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The announcement on Saturday that Joe Biden had been elected as the 46th president of the United States was met with a rousing global chorus of church bells, dance music and car horns. The election of Vice President Kamala Harris made history. She is the first woman, and first woman of color, elected to the office. It was a landmark victory for feminism.

IATP applauds the resolution evident in their first speeches on how to tackle the challenges facing the country. Those challenges are profound: the mishandling of a global pandemic that has needlessly claimed hundreds of thousands of lives; centuries of racial oppression that persist in social, economic and political structures; and a climate crisis that after several decades of neglect — and worse, outright malign interference — on the part of U.S. government and industries is forcing fast and fundamental changes to our economy and our relationships with nature.

A record number of Americans voted in this election. Despite the global pandemic and attempts at various levels of government to discourage turnout, citizens insisted on their rights. They are part of the country’s extraordinary history of multiple peaceful transfers of power from one elected president to another. It requires little searching around the world to see how rare it is for a society to have peaceful transitions of power embedded in their political culture. Never perfect, U.S. voting processes were subject to direct attack this year. They are crying out for investment and reform. But the country should be proud for the example it presents to the world of how democracy, with all its imperfections, serves the people by holding those to whom we entrust with power accountable.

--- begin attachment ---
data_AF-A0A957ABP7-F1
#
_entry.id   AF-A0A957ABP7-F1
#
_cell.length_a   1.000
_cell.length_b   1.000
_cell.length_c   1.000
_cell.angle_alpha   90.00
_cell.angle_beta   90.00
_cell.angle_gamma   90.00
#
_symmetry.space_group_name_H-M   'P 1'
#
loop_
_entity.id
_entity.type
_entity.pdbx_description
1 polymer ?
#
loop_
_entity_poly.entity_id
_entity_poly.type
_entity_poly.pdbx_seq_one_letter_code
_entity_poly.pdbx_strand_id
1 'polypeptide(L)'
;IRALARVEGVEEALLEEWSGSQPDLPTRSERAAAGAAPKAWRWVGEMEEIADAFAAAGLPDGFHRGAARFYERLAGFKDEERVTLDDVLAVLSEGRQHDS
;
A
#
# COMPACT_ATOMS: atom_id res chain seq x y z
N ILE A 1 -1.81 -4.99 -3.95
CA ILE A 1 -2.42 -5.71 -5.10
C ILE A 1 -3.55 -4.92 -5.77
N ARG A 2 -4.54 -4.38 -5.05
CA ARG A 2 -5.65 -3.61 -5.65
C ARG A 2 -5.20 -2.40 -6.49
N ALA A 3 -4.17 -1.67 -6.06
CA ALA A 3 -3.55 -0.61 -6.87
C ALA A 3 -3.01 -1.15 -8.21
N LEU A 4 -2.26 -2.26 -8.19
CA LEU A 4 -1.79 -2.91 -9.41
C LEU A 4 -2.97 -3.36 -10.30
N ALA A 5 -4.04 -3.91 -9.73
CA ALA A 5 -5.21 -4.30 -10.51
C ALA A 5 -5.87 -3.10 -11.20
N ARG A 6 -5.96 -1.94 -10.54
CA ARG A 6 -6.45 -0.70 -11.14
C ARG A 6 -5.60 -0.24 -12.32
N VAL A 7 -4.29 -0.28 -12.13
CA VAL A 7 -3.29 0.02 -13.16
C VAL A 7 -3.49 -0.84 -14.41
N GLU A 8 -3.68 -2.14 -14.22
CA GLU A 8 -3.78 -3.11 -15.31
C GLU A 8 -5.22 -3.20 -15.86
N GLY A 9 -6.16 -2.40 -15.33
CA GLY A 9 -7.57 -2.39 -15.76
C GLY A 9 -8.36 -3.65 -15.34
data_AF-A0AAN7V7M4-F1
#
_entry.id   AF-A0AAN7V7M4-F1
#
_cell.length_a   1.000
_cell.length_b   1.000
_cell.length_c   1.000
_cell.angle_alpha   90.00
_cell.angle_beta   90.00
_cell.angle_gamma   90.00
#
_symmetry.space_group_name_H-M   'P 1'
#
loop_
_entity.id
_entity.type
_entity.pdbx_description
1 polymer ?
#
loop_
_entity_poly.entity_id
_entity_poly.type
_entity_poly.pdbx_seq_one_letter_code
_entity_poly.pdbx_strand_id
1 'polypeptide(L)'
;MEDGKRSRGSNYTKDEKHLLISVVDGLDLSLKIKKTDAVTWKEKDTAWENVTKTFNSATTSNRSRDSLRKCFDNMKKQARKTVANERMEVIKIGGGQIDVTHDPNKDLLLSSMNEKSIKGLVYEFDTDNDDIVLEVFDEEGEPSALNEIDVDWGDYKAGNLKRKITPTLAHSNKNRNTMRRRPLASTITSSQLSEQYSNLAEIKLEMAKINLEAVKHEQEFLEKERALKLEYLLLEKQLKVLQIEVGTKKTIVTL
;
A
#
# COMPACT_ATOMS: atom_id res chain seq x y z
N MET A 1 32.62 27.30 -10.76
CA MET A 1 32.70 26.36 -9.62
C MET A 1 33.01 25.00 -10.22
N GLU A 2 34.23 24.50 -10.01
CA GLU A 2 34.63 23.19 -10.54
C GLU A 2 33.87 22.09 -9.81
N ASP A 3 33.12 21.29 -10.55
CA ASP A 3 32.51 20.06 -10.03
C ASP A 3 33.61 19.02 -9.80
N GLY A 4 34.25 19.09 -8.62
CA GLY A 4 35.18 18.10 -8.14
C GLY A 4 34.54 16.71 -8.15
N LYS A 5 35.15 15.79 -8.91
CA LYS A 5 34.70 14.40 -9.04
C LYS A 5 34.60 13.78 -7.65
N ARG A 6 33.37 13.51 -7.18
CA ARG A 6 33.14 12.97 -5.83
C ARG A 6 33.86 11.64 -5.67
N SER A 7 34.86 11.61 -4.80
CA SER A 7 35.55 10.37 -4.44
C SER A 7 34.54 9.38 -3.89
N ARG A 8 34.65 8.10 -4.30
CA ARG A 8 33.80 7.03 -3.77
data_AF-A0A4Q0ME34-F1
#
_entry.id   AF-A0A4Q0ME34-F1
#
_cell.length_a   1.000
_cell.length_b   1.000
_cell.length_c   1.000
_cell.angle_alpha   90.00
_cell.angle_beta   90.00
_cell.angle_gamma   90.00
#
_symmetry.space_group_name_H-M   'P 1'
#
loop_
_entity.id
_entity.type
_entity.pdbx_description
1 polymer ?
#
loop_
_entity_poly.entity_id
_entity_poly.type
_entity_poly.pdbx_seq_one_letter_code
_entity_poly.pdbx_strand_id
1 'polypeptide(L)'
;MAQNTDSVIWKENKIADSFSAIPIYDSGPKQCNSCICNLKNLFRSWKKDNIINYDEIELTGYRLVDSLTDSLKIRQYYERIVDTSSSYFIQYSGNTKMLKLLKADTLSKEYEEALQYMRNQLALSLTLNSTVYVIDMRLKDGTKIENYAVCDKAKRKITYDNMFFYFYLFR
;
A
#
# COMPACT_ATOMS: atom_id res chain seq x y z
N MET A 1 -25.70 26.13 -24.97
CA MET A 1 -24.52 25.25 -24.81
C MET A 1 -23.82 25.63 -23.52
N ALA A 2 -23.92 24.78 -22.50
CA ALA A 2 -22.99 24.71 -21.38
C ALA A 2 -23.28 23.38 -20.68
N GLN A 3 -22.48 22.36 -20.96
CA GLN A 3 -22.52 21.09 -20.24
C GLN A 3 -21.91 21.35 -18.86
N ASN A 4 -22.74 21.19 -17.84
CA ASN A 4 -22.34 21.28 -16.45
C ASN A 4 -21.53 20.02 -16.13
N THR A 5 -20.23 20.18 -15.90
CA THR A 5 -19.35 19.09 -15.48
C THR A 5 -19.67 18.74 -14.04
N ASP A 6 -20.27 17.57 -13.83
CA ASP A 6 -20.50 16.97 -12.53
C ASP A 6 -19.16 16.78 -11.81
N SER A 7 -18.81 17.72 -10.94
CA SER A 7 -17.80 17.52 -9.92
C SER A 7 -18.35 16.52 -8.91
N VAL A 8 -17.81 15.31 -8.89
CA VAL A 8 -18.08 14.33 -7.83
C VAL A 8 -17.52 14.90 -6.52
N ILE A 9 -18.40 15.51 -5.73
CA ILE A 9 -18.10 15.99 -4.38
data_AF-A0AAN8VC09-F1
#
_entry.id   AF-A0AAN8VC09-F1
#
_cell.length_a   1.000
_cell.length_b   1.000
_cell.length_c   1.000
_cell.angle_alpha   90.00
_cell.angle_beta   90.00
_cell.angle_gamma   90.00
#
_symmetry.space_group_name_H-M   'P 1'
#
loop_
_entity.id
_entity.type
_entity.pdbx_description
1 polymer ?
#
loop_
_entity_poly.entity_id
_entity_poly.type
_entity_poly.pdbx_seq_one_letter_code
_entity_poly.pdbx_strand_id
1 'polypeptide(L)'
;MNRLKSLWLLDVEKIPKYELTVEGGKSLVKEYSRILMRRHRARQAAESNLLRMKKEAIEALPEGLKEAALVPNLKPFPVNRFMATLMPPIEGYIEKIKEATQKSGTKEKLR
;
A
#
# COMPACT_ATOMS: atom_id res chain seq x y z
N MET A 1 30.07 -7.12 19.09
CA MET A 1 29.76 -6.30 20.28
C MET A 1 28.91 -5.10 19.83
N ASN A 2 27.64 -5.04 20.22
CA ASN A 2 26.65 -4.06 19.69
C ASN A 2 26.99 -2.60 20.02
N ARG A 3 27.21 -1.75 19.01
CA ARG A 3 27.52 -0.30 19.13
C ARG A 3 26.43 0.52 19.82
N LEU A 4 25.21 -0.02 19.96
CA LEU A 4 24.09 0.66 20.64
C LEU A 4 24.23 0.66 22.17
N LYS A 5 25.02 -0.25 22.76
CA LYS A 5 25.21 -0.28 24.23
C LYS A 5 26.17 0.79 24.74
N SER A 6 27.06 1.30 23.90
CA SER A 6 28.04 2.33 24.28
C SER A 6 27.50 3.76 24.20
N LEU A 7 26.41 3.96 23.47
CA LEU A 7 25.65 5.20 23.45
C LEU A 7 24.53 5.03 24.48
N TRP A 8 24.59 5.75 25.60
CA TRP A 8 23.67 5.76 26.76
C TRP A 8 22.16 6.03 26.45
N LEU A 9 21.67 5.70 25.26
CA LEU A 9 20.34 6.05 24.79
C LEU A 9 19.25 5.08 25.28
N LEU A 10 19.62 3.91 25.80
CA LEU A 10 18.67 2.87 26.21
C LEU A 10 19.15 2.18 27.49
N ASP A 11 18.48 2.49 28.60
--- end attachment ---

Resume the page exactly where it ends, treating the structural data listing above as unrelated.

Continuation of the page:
The history of people organizing as civil society for social justice and political change predates democracy. The urge to dream, debate, understand and advocate seems to lie deep in human DNA. Civil society plays a crucial role in articulating, protecting and promoting the public interest, working alongside formal governments but challenging them, too. We can always do better; that is why IATP is proud to play a role as a not-for-profit non-governmental organization dedicated to the public interest.

Civil society organizers around the world have recently seen their freedom shrink in many places. Attacks, imprisonment and the threats of state violence against citizens from authoritarian governments have been on the rise, especially against those, like journalists and scientists and community organizers, whose lifework rests on speaking truth to power. Much like a market, democracy thrives on the free flow of information to provide an ever-ready check on concentrated power. To work, governmental institutions need to hear and learn from a diversity of voices. Our shared prosperity depends on protecting science and countering the conspiracy theories and lies that misassign blame to the most vulnerable in our midst. The people had a way to check the trend: their vote. And they used it.

President-elect Biden, the election result demands creative ideas, new coalitions and lasting action to end systemic racism and economic exclusion. We expect that you will take the climate crisis with the seriousness it deserves. We await a new course for foreign and domestic policy; we look forward to seeing the United States rejoin the Paris Agreement. Because we know that food systems are vital to mitigate and adapt to climate change, we believe a transformation of public investment in just, sustainable agriculture must be at the core of your recovery plan.

We look forward to an administration committed to multilateralism. We hope you, in the quest to protect our planet and uphold the values of democracy, will balance the need for clear leadership and the need to engage with other nations respectfully.

The election demonstrated the power of kindness, empathy and understanding. IATP stands ready to demonstrate how powerful those forces can be.